SAN FRANCISCO—Former San Francisco Police Chief Prentice Earl Sanders died on Monday, January 11 at the age of 83. He was the first Black chief for the department. He joined the force in 1964 and became a homicide detective in 1971.

In his time as an officer, he was one of the founding members of Officers for Justice, which is a Police Union and community based out of the Bayview area. They assist in police officer matters and the community with job search and recruitment for the San Francisco Police Department. Officers for Justice was an African-American organization that was founded in 1968 because African-Americans and minority officers were not given the same opportunities as their non-colored counterparts, thus Officers for Justice was born because of a few brave people including Sanders who were willing to step up and make a change in their community.

Sanders was also one of the first officers to testify in federal court in a lawsuit that was filed by the OFJ against the City and County of San Francisco alleging discrimination and hiring of minorities. Some cases included the Zebra murders where Black Muslims murdered over 70 White individuals. Sanders also investigated the 101 California Street Shooting, where a gunman at an office building killed eight people including himself.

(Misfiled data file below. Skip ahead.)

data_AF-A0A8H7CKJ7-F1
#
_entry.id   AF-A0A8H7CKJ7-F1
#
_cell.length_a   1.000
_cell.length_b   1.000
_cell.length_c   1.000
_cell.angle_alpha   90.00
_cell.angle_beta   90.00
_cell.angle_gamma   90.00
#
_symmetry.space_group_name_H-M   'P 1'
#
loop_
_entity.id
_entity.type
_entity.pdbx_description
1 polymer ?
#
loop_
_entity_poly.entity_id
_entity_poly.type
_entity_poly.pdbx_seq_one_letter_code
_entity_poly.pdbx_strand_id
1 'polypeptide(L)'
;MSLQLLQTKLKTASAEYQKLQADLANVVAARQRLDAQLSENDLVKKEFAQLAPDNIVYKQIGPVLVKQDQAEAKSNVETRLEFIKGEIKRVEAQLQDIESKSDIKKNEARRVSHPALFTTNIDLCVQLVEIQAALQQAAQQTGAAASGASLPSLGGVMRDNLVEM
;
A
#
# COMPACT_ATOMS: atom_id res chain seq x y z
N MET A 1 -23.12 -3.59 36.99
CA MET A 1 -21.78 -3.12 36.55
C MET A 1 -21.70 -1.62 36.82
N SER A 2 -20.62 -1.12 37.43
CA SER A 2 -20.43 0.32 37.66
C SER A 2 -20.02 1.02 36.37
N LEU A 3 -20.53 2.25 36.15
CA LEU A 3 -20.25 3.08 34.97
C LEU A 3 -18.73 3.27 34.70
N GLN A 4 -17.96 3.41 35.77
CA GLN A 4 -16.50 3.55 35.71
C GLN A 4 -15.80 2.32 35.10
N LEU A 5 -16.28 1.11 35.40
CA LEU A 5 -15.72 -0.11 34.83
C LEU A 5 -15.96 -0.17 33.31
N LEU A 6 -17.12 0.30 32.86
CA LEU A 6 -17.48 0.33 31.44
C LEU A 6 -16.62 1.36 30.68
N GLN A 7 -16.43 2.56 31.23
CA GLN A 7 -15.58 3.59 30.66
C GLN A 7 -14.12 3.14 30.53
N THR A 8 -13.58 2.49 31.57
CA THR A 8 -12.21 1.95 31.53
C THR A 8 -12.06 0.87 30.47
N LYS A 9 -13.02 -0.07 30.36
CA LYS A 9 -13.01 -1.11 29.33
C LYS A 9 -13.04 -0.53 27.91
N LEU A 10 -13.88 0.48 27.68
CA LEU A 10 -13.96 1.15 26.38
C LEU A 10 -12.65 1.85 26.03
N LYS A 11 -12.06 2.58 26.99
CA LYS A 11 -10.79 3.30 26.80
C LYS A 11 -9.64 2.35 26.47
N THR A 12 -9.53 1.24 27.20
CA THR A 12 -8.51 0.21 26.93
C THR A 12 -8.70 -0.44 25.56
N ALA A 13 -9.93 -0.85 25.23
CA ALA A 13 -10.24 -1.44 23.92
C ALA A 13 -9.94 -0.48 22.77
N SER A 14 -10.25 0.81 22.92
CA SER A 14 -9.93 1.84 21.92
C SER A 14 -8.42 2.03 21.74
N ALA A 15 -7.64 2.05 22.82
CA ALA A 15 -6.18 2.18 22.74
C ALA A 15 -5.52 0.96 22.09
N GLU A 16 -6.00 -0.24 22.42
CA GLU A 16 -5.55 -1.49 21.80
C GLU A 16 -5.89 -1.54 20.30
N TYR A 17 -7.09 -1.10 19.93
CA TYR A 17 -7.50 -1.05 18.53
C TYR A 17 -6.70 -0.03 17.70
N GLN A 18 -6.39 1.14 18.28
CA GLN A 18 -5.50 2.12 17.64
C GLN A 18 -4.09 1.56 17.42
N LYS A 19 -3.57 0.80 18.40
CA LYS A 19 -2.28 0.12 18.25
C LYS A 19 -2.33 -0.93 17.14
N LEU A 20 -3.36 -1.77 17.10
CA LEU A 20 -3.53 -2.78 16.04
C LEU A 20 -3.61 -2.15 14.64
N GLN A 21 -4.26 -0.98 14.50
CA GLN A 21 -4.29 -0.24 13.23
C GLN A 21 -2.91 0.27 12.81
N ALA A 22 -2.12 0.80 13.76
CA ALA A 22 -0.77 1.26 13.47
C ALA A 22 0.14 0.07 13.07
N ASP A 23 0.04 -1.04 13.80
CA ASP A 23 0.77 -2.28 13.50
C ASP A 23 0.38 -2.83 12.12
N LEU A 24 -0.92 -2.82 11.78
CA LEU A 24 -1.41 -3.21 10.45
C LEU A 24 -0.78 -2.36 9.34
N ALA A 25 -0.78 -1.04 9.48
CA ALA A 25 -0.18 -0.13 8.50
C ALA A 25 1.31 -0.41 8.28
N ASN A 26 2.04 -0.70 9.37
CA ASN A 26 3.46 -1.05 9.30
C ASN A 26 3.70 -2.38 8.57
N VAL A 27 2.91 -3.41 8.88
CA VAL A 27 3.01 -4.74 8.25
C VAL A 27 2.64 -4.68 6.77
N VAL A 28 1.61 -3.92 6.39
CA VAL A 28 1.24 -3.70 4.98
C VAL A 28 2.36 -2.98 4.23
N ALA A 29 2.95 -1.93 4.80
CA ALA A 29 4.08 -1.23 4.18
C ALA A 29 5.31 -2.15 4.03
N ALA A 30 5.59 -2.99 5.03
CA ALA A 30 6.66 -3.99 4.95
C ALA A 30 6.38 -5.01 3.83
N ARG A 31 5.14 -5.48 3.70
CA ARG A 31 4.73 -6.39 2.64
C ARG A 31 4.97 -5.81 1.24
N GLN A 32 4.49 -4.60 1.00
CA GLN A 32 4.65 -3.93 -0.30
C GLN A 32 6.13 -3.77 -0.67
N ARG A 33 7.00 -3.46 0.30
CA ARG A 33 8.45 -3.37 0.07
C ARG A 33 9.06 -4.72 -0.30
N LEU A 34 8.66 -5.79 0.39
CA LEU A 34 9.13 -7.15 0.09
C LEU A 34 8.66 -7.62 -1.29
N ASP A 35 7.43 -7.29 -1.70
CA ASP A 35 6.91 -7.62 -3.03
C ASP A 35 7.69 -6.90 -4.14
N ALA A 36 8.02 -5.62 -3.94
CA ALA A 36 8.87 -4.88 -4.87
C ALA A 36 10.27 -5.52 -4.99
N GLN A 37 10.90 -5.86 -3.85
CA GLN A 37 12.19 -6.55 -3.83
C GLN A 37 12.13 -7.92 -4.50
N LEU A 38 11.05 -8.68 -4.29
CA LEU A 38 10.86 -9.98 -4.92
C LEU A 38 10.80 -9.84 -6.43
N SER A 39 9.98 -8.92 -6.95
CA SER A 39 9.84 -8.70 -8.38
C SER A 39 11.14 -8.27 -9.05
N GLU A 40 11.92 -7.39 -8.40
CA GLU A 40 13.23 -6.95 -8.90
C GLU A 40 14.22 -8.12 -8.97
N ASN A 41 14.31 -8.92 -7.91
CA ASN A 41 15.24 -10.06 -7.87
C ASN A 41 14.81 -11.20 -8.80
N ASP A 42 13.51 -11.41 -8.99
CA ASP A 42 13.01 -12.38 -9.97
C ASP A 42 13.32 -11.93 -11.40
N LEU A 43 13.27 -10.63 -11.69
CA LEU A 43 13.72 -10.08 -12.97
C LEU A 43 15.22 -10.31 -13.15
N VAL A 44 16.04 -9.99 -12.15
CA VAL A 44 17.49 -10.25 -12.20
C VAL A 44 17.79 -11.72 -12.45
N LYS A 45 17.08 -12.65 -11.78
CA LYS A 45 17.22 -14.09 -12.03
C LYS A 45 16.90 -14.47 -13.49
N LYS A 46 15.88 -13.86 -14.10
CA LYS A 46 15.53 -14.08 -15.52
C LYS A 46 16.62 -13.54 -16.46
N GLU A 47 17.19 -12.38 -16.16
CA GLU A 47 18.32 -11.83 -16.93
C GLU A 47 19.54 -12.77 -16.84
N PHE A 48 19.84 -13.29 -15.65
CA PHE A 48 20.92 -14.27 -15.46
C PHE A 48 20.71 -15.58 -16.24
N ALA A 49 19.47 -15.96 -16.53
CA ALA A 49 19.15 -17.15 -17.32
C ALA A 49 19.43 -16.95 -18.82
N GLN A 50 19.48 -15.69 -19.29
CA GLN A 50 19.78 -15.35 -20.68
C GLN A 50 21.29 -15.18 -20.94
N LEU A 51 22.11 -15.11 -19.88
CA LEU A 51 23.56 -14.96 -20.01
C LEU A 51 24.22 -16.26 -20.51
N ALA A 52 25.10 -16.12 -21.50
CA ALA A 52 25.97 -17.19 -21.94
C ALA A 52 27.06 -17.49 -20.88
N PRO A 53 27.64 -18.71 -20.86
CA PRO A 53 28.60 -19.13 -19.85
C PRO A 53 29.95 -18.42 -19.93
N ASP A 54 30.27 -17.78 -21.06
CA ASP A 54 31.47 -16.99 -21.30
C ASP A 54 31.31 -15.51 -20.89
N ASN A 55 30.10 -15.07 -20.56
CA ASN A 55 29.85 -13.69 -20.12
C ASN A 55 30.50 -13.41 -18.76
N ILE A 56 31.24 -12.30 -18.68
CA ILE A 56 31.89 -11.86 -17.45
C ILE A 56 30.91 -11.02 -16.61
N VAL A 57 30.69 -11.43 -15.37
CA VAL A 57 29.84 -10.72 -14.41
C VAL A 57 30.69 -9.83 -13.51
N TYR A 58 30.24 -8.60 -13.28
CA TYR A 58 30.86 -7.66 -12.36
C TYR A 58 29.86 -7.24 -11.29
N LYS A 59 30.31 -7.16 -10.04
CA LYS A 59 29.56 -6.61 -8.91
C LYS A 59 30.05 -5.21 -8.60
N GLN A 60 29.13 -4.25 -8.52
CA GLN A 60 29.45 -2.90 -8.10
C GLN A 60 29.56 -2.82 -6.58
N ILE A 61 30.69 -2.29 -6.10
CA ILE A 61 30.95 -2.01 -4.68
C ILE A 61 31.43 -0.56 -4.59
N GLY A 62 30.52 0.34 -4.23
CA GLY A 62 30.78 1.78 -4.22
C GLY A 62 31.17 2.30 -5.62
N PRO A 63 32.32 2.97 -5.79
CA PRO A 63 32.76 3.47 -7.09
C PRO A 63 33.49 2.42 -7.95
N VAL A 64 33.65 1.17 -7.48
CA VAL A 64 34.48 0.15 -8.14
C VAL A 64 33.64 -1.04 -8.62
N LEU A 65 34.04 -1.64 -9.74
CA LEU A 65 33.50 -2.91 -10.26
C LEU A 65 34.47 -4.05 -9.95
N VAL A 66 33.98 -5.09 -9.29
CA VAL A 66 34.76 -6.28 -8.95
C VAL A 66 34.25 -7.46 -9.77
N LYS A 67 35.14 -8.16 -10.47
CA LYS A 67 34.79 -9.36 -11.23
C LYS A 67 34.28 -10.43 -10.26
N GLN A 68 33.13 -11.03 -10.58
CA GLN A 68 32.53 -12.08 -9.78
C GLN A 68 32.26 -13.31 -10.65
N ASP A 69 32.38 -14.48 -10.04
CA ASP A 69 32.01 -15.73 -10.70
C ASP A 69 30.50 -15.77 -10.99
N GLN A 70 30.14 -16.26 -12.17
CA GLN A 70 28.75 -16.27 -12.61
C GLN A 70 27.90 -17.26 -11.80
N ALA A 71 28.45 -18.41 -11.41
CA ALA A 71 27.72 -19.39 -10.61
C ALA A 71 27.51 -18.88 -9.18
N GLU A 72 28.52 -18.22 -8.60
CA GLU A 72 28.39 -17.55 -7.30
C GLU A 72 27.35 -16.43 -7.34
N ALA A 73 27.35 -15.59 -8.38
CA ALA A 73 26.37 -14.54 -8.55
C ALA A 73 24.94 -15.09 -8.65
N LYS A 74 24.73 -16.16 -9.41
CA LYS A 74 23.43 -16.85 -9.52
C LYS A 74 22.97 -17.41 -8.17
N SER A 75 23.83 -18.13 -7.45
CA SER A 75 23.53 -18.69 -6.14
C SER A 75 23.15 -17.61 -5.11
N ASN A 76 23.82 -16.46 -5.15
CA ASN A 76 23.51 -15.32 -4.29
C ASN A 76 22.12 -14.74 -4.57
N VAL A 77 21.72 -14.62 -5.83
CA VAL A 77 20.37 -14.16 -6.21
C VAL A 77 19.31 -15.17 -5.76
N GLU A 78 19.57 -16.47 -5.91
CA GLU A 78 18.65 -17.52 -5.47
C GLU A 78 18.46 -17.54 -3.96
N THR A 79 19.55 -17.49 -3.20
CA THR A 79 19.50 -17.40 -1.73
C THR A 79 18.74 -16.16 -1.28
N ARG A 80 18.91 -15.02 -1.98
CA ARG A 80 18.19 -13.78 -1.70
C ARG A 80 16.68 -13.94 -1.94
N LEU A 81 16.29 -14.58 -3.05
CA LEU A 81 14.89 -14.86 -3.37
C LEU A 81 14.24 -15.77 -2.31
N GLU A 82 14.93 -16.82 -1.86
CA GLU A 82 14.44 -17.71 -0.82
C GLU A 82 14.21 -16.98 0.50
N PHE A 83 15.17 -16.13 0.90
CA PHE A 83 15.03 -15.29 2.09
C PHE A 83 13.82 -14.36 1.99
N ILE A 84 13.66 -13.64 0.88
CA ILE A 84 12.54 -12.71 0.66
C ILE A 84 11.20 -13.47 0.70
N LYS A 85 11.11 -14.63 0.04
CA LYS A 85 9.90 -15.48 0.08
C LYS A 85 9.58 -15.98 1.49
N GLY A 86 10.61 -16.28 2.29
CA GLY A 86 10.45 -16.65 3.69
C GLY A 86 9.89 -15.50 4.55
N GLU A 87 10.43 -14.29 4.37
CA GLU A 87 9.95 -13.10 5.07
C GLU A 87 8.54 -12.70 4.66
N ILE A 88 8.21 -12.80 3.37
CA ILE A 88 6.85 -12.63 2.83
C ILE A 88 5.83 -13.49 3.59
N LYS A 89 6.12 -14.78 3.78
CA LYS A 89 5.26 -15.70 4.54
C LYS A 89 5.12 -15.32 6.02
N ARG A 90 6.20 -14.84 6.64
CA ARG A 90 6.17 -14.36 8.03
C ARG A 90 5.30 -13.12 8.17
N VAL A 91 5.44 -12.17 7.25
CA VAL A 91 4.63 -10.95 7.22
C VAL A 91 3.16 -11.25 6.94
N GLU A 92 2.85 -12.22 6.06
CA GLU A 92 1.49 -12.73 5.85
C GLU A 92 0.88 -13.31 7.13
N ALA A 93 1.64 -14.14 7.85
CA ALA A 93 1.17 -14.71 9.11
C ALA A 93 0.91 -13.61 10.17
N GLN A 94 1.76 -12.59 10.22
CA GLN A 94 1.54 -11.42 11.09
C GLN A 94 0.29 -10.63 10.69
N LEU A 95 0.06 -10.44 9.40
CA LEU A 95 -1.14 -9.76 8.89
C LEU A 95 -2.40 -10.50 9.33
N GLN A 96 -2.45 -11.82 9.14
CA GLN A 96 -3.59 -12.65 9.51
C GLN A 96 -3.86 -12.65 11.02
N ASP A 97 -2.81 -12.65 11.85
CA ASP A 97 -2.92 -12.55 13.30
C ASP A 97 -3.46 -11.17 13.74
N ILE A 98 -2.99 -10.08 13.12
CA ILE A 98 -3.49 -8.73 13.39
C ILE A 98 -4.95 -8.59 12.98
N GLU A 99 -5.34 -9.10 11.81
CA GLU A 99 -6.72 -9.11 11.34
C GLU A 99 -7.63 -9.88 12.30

Sgt. Yulanda Williams, the current president of Officers for Justice, said the following about Sanders: “He was a very outspoken, well-versed person who was committed to the equity and justice of black male and female officers. He understood the importance of us being available and being a source within our communities, so I would say that he was actually a role model for me.”

Current Police Chief of SF William Scott released the following statement in response to Sanders death:

“All of us in the San Francisco Police Department are saddened to learn of the passing
of former Chief of Police Prentice “Earl” Sanders, and our thoughts and prayers go out
to his family, friends and all who knew him. To all who did not, Chief Sanders should be
remembered for a trailblazing legacy that went far beyond the barrier he broke as San
Francisco’s first Black chief of police.”

Sanders passed away in an assisted living facility after fighting a long battle with kidney disease. Currently, Officers for Justice has a total of 141 members.